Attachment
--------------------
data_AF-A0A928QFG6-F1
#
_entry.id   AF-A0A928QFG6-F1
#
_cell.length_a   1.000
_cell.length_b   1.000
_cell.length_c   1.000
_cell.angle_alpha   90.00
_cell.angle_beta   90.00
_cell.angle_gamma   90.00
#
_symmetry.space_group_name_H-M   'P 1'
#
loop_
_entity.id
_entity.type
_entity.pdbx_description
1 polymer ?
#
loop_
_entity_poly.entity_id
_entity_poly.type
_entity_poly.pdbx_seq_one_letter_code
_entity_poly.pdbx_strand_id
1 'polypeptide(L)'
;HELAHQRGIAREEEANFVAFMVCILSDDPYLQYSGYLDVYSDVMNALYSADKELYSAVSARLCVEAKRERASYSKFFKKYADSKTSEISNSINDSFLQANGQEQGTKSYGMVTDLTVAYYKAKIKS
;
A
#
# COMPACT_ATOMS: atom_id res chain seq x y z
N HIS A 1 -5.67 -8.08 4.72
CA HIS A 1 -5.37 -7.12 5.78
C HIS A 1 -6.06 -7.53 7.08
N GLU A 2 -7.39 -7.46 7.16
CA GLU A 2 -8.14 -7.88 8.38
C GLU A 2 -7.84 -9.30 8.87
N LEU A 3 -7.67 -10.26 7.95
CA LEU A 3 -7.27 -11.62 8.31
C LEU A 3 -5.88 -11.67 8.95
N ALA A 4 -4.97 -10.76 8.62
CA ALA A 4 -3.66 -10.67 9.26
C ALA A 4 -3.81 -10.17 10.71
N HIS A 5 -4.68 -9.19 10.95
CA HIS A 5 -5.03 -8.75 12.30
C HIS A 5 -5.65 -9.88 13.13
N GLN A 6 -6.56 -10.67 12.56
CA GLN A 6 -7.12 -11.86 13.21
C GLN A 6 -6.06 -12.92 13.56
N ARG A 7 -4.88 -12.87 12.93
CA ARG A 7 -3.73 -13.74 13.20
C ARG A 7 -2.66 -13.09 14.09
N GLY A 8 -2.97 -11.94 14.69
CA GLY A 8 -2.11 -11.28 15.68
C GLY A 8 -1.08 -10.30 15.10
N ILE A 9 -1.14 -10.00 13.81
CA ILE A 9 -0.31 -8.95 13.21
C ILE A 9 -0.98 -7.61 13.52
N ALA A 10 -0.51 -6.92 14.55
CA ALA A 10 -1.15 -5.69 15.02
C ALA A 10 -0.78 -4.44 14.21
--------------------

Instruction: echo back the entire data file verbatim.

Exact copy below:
data_AF-A0A928QFG6-F1
#
_entry.id   AF-A0A928QFG6-F1
#
_cell.length_a   1.000
_cell.length_b   1.000
_cell.length_c   1.000
_cell.angle_alpha   90.00
_cell.angle_beta   90.00
_cell.angle_gamma   90.00
#
_symmetry.space_group_name_H-M   'P 1'
#
loop_
_entity.id
_entity.type
_entity.pdbx_description
1 polymer ?
#
loop_
_entity_poly.entity_id
_entity_poly.type
_entity_poly.pdbx_seq_one_letter_code
_entity_poly.pdbx_strand_id
1 'polypeptide(L)'
;HELAHQRGIAREEEANFVAFMVCILSDDPYLQYSGYLDVYSDVMNALYSADKELYSAVSARLCVEAKRERASYSKFFKKYADSKTSEISNSINDSFLQANGQEQGTKSYGMVTDLTVAYYKAKIKS
;
A
#
# COMPACT_ATOMS: atom_id res chain seq x y z
N HIS A 1 -5.67 -8.08 4.72
CA HIS A 1 -5.37 -7.12 5.78
C HIS A 1 -6.06 -7.53 7.08
N GLU A 2 -7.39 -7.46 7.16
CA GLU A 2 -8.14 -7.88 8.38
C GLU A 2 -7.84 -9.30 8.87
N LEU A 3 -7.67 -10.26 7.95
CA LEU A 3 -7.27 -11.62 8.31
C LEU A 3 -5.88 -11.67 8.95
N ALA A 4 -4.97 -10.76 8.62
CA ALA A 4 -3.66 -10.67 9.26
C ALA A 4 -3.81 -10.17 10.71
N HIS A 5 -4.68 -9.19 10.95
CA HIS A 5 -5.03 -8.75 12.30
C HIS A 5 -5.65 -9.88 13.13
N GLN A 6 -6.56 -10.67 12.56
CA GLN A 6 -7.12 -11.86 13.21
C GLN A 6 -6.06 -12.92 13.56
N ARG A 7 -4.88 -12.87 12.93
CA ARG A 7 -3.73 -13.74 13.20
C ARG A 7 -2.66 -13.09 14.09
N GLY A 8 -2.97 -11.94 14.69
CA GLY A 8 -2.11 -11.28 15.68
C GLY A 8 -1.08 -10.30 15.10
N ILE A 9 -1.14 -10.00 13.81
CA ILE A 9 -0.31 -8.95 13.21
C ILE A 9 -0.98 -7.61 13.52
N ALA A 10 -0.51 -6.92 14.55
CA ALA A 10 -1.15 -5.69 15.02
C ALA A 10 -0.78 -4.44 14.21